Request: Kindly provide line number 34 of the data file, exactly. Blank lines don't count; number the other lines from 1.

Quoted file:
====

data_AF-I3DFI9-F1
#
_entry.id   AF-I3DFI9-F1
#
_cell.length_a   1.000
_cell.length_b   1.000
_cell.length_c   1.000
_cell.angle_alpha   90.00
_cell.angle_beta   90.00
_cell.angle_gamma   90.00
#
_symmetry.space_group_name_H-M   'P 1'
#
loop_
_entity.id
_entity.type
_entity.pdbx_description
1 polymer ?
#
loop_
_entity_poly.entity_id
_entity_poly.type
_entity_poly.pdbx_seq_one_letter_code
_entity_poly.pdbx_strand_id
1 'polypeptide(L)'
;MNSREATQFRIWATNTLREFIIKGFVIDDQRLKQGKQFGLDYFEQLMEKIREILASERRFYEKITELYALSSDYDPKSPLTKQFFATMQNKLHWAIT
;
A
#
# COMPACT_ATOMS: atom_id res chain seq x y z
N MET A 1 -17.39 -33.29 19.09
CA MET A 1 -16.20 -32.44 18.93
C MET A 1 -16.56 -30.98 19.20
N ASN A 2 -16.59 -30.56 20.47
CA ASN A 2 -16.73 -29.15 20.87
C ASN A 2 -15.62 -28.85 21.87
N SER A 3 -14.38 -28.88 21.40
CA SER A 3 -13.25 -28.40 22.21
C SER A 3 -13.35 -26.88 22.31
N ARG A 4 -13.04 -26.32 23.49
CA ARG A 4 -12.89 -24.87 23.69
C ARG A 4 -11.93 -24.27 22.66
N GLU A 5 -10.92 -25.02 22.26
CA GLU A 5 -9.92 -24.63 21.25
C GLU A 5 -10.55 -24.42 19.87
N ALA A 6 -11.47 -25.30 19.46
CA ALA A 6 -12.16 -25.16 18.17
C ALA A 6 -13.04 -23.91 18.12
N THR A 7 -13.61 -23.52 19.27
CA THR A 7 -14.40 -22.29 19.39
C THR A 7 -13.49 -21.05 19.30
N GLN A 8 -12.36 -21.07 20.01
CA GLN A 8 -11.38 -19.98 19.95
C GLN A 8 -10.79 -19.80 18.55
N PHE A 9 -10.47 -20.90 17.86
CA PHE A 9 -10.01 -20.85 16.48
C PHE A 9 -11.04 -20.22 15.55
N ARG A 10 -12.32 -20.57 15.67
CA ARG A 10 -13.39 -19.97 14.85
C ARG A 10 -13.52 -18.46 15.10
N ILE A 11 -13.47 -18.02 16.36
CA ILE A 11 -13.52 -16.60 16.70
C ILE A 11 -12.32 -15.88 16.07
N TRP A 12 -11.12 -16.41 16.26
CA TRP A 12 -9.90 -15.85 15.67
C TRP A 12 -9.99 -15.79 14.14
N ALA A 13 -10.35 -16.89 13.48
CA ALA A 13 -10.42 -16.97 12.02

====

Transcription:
N ASN A 2 -16.59 -30.56 20.47